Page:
John Walsh: ‘Saint Therese is visiting Wormwood Scrubs prison on her tour of England’

Tales of the City

Share
Related Topics

I see that Saint Therese is playing the Scrubs in September. Let me put that another way: I see that the bones of St Therese of Liseiux will be put on display (inside a fancy reliquary casket) in the Victorian chapel in Wormwood Scrubs prison, from 15 September, as part of a tour of several English cathedrals, taking in Liverpool , Salford, Birmingham, Leeds and York Minster.

If you need reminding, St Therese was a French nun of unusually soppy and childlike demeanour, known in Catholic circles as The Little Flower. Idealised paintings tend to emphasise her rosebud mouth and soft hands, forever clutching blown roses, though contemporary photographs reveal a tougher-look babe, with a granite jaw and razor-blade lips. Her most celebrated utterance, delivered when she was dying, was: "I intend to spend my Heaven doing good on earth. After my death, I shall make a shower of roses rain down."

Since her death in 1897, she's been projected as the Shirley Temple of miracle-workers. Millions visit her home-shrine every year, turning it into a mini-Lourdes, with extra mini-tots appeal. She attracts rather a rough crew, because of her status as the patron saint of murderers – not that she offers them encouragement in whacking people, you understand, only in calling them to repent later. She famously prayed for the repentance of a triple homicide called Pranzini; no trace of remorse was forthcoming until the moment just before his head was chopped off, when the deranged killer seized a crucifix and began to kiss it. Therese, a little conceitedly in my view, took this as a sign from God that she should start praying for other crims.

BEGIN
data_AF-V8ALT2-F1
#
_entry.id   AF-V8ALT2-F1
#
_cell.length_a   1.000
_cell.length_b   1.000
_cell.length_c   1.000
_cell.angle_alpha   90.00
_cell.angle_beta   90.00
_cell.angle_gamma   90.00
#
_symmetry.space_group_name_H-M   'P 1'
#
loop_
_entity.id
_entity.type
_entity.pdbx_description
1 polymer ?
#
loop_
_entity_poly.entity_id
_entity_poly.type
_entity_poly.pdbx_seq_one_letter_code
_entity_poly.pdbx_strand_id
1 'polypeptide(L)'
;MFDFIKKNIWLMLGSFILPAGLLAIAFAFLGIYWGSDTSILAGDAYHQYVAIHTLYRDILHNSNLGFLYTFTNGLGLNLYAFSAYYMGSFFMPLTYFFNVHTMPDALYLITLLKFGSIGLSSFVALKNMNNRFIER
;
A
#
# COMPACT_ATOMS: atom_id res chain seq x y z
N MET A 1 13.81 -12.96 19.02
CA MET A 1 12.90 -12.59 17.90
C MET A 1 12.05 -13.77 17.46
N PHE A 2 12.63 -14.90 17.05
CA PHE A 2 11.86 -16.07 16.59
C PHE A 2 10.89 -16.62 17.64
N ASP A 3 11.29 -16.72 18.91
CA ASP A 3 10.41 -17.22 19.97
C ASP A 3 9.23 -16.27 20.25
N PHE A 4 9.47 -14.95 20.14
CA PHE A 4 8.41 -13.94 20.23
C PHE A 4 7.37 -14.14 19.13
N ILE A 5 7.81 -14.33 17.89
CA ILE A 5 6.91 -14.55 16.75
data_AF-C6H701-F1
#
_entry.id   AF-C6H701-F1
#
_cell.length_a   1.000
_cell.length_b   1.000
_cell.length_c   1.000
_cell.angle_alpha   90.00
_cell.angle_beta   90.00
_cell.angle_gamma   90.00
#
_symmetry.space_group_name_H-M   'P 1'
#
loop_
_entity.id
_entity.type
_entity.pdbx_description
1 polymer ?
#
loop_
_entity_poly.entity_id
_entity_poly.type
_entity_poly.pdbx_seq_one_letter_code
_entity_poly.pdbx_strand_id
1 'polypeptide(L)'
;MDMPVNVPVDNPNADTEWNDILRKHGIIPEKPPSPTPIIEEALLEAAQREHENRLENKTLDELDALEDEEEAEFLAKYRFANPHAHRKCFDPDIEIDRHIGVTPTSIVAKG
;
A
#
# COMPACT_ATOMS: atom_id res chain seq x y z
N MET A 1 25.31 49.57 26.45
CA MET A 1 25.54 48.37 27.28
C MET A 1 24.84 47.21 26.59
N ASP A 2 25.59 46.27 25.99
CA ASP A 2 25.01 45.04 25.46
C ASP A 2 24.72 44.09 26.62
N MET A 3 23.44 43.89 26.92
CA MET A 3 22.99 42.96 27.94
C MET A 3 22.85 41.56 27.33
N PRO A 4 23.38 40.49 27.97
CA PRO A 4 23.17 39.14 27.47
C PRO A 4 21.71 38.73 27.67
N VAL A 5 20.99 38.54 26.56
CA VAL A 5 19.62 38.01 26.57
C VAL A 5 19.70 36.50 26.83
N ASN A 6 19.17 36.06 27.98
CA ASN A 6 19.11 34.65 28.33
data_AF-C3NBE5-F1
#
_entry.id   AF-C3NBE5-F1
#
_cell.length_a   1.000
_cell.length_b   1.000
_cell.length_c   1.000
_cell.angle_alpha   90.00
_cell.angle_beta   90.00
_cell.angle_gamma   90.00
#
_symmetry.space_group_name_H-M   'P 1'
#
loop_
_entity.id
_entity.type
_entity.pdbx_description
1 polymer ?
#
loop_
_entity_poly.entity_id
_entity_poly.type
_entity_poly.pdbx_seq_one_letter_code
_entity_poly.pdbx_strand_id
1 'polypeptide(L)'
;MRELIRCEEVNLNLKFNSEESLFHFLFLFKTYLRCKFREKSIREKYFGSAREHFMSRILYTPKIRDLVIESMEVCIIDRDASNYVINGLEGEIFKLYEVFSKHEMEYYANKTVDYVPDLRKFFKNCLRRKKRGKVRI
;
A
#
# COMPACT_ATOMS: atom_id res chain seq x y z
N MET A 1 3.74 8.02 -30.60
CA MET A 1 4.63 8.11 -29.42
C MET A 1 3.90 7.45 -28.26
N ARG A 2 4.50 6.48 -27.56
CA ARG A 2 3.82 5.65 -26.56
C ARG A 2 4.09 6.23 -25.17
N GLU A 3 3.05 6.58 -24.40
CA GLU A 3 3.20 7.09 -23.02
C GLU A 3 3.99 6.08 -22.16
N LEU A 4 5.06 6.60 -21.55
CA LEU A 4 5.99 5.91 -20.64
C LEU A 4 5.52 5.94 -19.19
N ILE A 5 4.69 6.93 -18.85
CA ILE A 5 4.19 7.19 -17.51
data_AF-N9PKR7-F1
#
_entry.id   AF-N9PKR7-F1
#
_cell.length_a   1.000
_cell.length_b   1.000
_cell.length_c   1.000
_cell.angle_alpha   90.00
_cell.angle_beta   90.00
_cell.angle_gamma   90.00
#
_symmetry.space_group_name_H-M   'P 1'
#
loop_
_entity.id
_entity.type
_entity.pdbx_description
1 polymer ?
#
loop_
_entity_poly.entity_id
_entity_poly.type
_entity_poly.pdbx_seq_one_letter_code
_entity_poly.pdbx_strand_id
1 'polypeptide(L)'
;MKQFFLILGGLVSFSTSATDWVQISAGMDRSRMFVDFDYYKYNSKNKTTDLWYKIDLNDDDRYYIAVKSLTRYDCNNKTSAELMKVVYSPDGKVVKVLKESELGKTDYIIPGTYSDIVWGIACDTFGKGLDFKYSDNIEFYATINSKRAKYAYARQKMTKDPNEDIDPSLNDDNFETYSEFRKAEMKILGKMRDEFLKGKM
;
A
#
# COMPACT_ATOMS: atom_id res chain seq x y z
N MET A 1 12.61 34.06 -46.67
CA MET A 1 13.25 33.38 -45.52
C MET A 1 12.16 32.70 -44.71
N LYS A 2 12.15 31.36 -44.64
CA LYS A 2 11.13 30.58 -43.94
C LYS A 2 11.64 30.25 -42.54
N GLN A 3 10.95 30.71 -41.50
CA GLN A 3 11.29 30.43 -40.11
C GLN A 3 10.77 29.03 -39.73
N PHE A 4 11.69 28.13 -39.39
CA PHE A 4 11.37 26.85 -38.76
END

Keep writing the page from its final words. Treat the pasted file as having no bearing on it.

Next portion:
I've known about the saint since I was a kid, and she always struck me as rather emetic. But she's to be taken seriously now, 110 years after her death. The cathedrals tour, we're told, is "the relics' first tour of England and Wales" as if these bleached bones were a new pop act – or indeed an old one: something about the words "celebrated relics to tour Europe" puts me in mind of Fleetwood Mac's reunion this autumn. The relics have been in Ireland, visiting more venues, from Kildare to Killarney, than The Corrs and The Nolan Sisters combined. They've been travelling the globe for years, hawking their way round 40 Papist countries and bringing New York's Fifth Avenue to a standstill.

I must say, I had imagined that the veneration of holy relics and stray bits of the True Cross was an old Catholic cliché, long abandoned. Every rosary I possessed as a child routinely featured a crucifix whose silver back unscrewed to display some noisome particle of St Godolphin's pancreas. To find, in 2009, that a casket of relics from a long-dead saint can warrant its own multi-venue rock tour of western Europe, with an entourage of stage managers and roadies, thousands of adoring zealots and (okay, I'm guessing) special tour merchandise ("£15 for the Little Flower T-shirt: roll up!") is more than laughable; it's positively alarming.

After all the Higher Atheism we've imbibed from Dawkins and Hitchens, is this a sign that a new Counter-Enlightenment is upon us? Michael Jackson was always a bit kinky about relics. Will he be the first secular entertainer to be canonised and have miracles ascribed to him?

***

You know Dominic West, the Old Etonian who plays Irish-American Jimmy McNulty (the only white man in the Baltimore projects able to understand the street argot of both police and villains without saying, "You what?" all the time) in The Wire? He's fuming about foreign actors playing English roles. That pushy Texan Renee Zellweger doing Beatrix Potter. That charmless Ocker Russell Crowe playing Robin Hood. But where has he been? Grotesquely inappropriate casting has been a feature of filmland for decades. Have we forgotten the row when a Spanish producer cast the stutteringly English Nikolas Grace in a biopic about Spain's favourite poet, Lorca? Or the fuss about Ben Kingsley as Gandhi? John Wayne did nothing for US-Mongol Hordes diplomacy, when he played Genghis Khan in The Conqueror. Brace yourself for a film about the Bullingdon Club, starring Will Smith as the young Boris Johnson.